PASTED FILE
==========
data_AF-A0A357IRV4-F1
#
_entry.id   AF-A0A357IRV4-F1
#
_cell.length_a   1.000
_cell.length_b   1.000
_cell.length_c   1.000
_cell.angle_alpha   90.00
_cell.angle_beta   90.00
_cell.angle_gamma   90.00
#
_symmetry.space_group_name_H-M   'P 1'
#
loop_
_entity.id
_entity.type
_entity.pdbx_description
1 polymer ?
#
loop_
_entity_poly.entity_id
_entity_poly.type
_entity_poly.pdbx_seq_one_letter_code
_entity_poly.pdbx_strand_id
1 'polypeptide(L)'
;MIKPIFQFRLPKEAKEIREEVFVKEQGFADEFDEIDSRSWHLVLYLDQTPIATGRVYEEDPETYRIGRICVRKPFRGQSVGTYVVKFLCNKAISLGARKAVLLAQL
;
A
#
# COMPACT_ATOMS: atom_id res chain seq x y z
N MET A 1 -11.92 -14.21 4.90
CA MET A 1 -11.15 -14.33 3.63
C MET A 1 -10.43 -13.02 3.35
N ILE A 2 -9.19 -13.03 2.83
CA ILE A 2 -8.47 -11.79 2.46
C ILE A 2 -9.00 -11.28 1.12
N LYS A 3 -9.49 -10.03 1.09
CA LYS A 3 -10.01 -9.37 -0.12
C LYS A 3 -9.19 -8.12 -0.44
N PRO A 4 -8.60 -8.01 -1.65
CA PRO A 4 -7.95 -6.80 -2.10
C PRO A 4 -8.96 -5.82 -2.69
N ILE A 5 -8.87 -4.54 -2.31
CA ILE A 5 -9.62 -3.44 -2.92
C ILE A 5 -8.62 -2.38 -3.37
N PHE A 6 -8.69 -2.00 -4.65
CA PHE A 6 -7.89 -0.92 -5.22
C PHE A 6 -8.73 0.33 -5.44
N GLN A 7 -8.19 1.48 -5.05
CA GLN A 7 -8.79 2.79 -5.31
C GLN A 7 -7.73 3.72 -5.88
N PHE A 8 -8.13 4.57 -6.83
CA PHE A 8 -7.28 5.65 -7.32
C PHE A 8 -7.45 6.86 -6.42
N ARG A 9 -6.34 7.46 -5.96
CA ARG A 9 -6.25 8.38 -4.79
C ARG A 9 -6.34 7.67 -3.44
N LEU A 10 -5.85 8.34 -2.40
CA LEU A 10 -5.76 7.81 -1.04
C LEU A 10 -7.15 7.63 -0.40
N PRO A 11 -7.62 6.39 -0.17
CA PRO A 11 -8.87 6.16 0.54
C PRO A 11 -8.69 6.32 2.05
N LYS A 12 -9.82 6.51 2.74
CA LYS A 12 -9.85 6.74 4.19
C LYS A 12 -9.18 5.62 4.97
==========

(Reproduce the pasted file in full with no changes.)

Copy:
data_AF-A0A357IRV4-F1
#
_entry.id   AF-A0A357IRV4-F1
#
_cell.length_a   1.000
_cell.length_b   1.000
_cell.length_c   1.000
_cell.angle_alpha   90.00
_cell.angle_beta   90.00
_cell.angle_gamma   90.00
#
_symmetry.space_group_name_H-M   'P 1'
#
loop_
_entity.id
_entity.type
_entity.pdbx_description
1 polymer ?
#
loop_
_entity_poly.entity_id
_entity_poly.type
_entity_poly.pdbx_seq_one_letter_code
_entity_poly.pdbx_strand_id
1 'polypeptide(L)'
;MIKPIFQFRLPKEAKEIREEVFVKEQGFADEFDEIDSRSWHLVLYLDQTPIATGRVYEEDPETYRIGRICVRKPFRGQSVGTYVVKFLCNKAISLGARKAVLLAQL
;
A
#
# COMPACT_ATOMS: atom_id res chain seq x y z
N MET A 1 -11.92 -14.21 4.90
CA MET A 1 -11.15 -14.33 3.63
C MET A 1 -10.43 -13.02 3.35
N ILE A 2 -9.19 -13.03 2.83
CA ILE A 2 -8.47 -11.79 2.46
C ILE A 2 -9.00 -11.28 1.12
N LYS A 3 -9.49 -10.03 1.09
CA LYS A 3 -10.01 -9.37 -0.12
C LYS A 3 -9.19 -8.12 -0.44
N PRO A 4 -8.60 -8.01 -1.65
CA PRO A 4 -7.95 -6.80 -2.10
C PRO A 4 -8.96 -5.82 -2.69
N ILE A 5 -8.87 -4.54 -2.31
CA ILE A 5 -9.62 -3.44 -2.92
C ILE A 5 -8.62 -2.38 -3.37
N PHE A 6 -8.69 -2.00 -4.65
CA PHE A 6 -7.89 -0.92 -5.22
C PHE A 6 -8.73 0.33 -5.44
N GLN A 7 -8.19 1.48 -5.05
CA GLN A 7 -8.79 2.79 -5.31
C GLN A 7 -7.73 3.72 -5.88
N PHE A 8 -8.13 4.57 -6.83
CA PHE A 8 -7.28 5.65 -7.32
C PHE A 8 -7.45 6.86 -6.42
N ARG A 9 -6.34 7.46 -5.96
CA ARG A 9 -6.25 8.38 -4.79
C ARG A 9 -6.34 7.67 -3.44
N LEU A 10 -5.85 8.34 -2.40
CA LEU A 10 -5.76 7.81 -1.04
C LEU A 10 -7.15 7.63 -0.40
N PRO A 11 -7.62 6.39 -0.17
CA PRO A 11 -8.87 6.16 0.54
C PRO A 11 -8.69 6.32 2.05
N LYS A 12 -9.82 6.51 2.74
CA LYS A 12 -9.85 6.74 4.19
C LYS A 12 -9.18 5.62 4.97